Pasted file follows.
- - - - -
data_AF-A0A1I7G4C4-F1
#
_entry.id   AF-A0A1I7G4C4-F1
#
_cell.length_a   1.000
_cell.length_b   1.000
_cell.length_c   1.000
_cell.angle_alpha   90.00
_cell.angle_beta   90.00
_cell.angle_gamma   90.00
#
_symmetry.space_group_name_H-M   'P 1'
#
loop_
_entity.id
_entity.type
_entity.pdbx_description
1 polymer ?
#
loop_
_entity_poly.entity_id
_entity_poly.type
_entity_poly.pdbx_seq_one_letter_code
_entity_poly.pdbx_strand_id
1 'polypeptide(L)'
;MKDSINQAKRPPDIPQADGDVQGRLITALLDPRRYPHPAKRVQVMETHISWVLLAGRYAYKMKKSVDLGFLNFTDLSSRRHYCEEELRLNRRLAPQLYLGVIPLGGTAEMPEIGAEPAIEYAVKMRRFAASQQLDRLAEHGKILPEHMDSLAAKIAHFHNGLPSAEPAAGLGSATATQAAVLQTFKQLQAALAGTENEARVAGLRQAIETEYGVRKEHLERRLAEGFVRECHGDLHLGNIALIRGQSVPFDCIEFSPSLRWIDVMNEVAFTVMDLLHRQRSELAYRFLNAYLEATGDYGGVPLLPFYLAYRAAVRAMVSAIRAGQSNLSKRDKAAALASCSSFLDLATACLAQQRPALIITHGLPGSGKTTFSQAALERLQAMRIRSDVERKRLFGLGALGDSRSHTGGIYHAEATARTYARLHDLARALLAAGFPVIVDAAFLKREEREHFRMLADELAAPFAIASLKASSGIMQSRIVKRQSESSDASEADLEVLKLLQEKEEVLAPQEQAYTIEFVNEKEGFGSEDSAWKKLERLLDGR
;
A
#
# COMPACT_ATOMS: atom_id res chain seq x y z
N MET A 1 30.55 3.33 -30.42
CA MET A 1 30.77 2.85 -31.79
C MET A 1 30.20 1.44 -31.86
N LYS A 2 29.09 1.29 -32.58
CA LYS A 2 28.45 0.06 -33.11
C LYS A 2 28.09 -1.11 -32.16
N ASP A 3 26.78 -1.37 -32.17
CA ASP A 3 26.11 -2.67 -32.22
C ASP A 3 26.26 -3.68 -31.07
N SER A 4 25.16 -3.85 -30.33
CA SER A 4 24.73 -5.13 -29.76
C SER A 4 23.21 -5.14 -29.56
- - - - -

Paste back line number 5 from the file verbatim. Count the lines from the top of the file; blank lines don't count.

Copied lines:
_cell.length_a   1.000